LOS ANGELES – The pitch was three or four inches above the strike zone, a 92 mph fastball from Dodgers righthander Tony Gonsolin that Byron Buxton probably shouldn't have been swinging at. C'mon, Buck, what are your hitting coaches going to say?
"Nice swing," Buxton said with a laugh. "At least you didn't chase one in the dirt."
Buxton could joke about that fourth-inning pitch, because he blasted it 425 feet, over the NL bullpen and into a Dodger Stadium restaurant. Even better, his home run provided the tiebreaking — and ultimately game-winning — run in the AL's 3-2 All-Star victory at Dodger Stadium.
"Just amazing," said teammate Luis Arraez, who four innings later, made his own All-Star memory. "He's my brother. He hit that ball, I was so happy, I ran up the dugout."
Buxton said he never dreamed about hitting an All-Star home run, but "if you know you can get to it, it's just a matter of being on point." Arraez, on the other hand, had thought a lot about the scenario that played out exactly as he imagined: a line drive hit so hard, it's past the closest fielder before he can even react.
That's what Arraez produced in the eighth inning, when Cardinals righthander Ryan Helsley left an 83 mph curveball over the middle of the plate. The challenging part of that at-bat, MLB's current batting leader said, was staying alive as Helsley pumped 100 mph-plus fastballs in the zone.
He had already struck out on a checked swing that he disagreed with in the fifth inning against the Reds' Luis Castillo. "So my next at-bat I say, 'I'm not going to strike out. I'm not going to strike out.' "
Then he got down 0-2 again, "and that guy throws me 103 [mph]!" Arraez said. "I said, 'OK, I've got to find this.' And I was ready to fire."
He did, and Padres infielder Jake Cronenworth fell backward trying to get a glove on the screaming line drive. But it was past him before he could do more than deflect it, a typical Arraez single.
Also typical of Arraez: He played more than one position, spending three innings at first base and two more at third.
Both Buxton and Arraez struck out quickly in their first All-Star at-bats, Buxton swinging through a 1-2 fastball from Marlins righthander Sandy Alcantara in the second inning, and Arraez trying to hold up on an 0-2 fastball from Castillo but called out on a checked swing by third-base umpire Will Little.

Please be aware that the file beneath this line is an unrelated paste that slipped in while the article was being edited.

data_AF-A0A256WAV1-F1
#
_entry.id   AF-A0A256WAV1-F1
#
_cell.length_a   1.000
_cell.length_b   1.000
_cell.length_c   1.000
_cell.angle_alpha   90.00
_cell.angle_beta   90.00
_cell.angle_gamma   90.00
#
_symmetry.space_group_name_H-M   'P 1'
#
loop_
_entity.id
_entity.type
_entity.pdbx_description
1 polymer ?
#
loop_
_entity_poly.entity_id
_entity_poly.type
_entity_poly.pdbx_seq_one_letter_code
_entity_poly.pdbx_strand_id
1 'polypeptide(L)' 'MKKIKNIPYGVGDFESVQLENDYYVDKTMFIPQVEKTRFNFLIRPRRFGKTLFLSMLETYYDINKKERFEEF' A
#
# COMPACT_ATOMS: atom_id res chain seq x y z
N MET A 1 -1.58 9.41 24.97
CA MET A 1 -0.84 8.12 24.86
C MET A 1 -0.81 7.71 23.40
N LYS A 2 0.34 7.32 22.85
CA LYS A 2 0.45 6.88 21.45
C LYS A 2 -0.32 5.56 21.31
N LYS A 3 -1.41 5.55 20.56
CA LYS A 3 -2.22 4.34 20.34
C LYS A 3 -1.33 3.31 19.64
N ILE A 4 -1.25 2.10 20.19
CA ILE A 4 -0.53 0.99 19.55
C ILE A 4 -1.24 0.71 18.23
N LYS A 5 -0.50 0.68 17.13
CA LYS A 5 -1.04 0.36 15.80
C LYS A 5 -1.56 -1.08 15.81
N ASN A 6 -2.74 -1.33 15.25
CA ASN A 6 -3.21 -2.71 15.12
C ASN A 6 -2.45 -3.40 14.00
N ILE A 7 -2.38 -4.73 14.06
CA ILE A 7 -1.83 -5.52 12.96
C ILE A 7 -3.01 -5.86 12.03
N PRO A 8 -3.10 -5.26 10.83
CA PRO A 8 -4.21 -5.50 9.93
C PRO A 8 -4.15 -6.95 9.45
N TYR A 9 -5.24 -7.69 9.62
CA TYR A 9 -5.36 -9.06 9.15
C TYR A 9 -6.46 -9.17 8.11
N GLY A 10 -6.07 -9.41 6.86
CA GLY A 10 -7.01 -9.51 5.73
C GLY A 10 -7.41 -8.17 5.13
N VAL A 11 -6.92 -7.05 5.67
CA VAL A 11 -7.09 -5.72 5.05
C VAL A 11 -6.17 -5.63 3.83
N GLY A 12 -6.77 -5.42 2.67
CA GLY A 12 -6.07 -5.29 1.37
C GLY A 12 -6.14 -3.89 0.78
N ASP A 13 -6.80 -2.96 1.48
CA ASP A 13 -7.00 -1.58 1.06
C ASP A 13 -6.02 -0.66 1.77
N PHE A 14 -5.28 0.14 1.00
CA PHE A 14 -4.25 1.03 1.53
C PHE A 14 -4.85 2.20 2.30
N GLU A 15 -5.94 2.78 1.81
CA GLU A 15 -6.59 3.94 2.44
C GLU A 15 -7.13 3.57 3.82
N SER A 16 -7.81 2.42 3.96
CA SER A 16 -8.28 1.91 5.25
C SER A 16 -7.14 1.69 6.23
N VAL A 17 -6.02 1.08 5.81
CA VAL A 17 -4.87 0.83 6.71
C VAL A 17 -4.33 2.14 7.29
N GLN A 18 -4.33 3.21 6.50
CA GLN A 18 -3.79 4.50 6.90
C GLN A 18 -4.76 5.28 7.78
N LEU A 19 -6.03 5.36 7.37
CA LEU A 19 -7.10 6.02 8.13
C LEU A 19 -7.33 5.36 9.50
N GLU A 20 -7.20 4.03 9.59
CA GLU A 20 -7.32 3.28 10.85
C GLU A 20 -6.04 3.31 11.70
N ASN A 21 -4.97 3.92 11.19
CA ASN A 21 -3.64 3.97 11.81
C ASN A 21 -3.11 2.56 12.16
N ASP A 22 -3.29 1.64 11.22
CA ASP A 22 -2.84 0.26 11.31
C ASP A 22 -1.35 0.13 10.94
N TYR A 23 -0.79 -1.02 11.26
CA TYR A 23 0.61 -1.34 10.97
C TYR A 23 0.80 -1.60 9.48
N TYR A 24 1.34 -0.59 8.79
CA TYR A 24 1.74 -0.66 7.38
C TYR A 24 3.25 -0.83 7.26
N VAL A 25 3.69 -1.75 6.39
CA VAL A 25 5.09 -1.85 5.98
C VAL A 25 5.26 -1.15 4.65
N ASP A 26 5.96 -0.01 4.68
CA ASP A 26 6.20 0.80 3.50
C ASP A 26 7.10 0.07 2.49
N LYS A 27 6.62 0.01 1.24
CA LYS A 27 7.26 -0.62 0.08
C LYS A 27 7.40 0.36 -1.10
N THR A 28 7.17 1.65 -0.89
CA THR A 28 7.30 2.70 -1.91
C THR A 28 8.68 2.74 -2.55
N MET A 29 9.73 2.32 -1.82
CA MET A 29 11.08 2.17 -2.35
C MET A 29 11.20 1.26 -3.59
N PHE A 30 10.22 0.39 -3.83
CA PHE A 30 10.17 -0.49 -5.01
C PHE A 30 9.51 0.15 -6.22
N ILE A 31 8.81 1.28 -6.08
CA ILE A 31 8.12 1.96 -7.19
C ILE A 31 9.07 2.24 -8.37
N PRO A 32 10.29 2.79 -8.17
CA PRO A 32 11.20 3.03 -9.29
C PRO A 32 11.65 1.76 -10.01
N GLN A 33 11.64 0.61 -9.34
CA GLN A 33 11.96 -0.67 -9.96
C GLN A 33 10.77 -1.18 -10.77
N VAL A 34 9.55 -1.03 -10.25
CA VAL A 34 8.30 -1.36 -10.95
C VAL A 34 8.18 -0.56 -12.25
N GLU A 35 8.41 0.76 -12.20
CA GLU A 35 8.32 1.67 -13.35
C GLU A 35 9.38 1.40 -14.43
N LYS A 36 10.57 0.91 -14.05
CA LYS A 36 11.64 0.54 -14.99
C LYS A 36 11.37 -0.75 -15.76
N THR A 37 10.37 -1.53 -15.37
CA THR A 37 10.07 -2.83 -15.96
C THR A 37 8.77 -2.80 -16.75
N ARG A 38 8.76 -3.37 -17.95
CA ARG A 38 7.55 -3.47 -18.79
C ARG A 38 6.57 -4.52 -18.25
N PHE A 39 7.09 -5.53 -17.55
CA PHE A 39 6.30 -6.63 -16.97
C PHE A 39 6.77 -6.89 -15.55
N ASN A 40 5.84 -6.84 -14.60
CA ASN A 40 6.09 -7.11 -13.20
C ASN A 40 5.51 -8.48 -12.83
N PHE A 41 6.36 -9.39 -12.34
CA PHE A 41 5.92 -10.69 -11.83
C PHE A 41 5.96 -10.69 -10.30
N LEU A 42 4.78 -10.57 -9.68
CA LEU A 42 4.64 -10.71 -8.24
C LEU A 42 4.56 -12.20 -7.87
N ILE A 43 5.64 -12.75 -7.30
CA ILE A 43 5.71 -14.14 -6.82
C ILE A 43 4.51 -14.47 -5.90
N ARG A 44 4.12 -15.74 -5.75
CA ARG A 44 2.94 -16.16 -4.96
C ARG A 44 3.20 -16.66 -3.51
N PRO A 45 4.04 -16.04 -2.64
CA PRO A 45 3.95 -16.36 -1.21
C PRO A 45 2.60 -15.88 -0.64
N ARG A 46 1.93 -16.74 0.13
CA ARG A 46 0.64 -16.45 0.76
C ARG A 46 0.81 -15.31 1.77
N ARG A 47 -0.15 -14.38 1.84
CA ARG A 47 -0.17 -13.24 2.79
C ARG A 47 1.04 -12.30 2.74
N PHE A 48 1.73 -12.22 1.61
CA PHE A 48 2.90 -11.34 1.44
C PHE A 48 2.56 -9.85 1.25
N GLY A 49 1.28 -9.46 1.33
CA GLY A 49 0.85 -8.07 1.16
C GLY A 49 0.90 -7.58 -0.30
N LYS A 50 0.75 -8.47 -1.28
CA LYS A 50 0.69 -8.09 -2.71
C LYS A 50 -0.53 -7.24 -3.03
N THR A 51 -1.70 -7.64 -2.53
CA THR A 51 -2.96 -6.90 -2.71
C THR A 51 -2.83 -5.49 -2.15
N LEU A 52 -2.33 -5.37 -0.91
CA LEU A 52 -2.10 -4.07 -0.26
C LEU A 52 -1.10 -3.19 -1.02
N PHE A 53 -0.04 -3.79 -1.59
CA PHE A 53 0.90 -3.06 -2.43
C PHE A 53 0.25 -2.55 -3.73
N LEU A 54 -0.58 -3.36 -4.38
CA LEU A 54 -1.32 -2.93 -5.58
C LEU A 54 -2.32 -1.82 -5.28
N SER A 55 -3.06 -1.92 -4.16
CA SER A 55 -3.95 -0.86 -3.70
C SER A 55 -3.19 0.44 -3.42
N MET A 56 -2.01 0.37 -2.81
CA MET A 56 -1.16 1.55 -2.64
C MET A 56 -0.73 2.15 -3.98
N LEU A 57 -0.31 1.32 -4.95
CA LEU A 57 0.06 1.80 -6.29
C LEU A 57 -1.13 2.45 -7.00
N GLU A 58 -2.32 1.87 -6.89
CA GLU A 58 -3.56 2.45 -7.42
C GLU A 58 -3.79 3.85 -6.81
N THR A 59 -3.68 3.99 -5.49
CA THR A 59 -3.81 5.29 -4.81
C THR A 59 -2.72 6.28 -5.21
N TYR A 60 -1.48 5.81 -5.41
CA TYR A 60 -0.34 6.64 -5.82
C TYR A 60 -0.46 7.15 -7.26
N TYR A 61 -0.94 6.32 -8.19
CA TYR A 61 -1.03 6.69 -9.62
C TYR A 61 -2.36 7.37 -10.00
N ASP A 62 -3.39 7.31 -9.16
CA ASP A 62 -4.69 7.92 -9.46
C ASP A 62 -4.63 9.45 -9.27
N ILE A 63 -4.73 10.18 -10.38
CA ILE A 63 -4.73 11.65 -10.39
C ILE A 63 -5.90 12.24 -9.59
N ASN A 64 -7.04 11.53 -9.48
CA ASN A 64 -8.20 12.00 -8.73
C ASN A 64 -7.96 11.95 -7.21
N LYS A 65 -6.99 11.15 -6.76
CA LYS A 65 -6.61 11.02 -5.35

Arraez's strikeout was decidedly non-typical: Not only was it only the fourth three-pitch strikeout he has absorbed this season, but it came against Castillo, against whom the league's leading hitter is 4-for-4 with three doubles, a single and a walk during their two regular-season meetings.
As for Buxton, "I knew a little bit about Alcantara, just from … well, 'SportsCenter,' " he said. "Didn't knew much about Gonsolin. Both them in the National League, it's a lot tougher because we don't face them, don't know what they've got. So it's going up there and hunting for a pitch to hit."
He got it, back-to-back with the Yankees' Giancarlo Stanton, and became the fourth Twin ever to hit a home run in an All-Star Game, joining Harmon Killebrew (who did it three times), Kirby Puckett and Brian Dozier.
"It's a good group," Buxton said. "Just to have my name mentioned with them is pretty impressive."
Byron Buxton became the fourth Twins player ever to hit a home run in an All-Star Game when he slugged a 2-1 pitch from Dodgers righthander Tony Gonsolin into the left-field seats Tuesday night in Los Angeles.
3: Harmon Killebrew, 1961, 1965, 1971
1: Kirby Puckett, 1993
1: Brian Dozier, 2015
1: Byron Buxton, 2022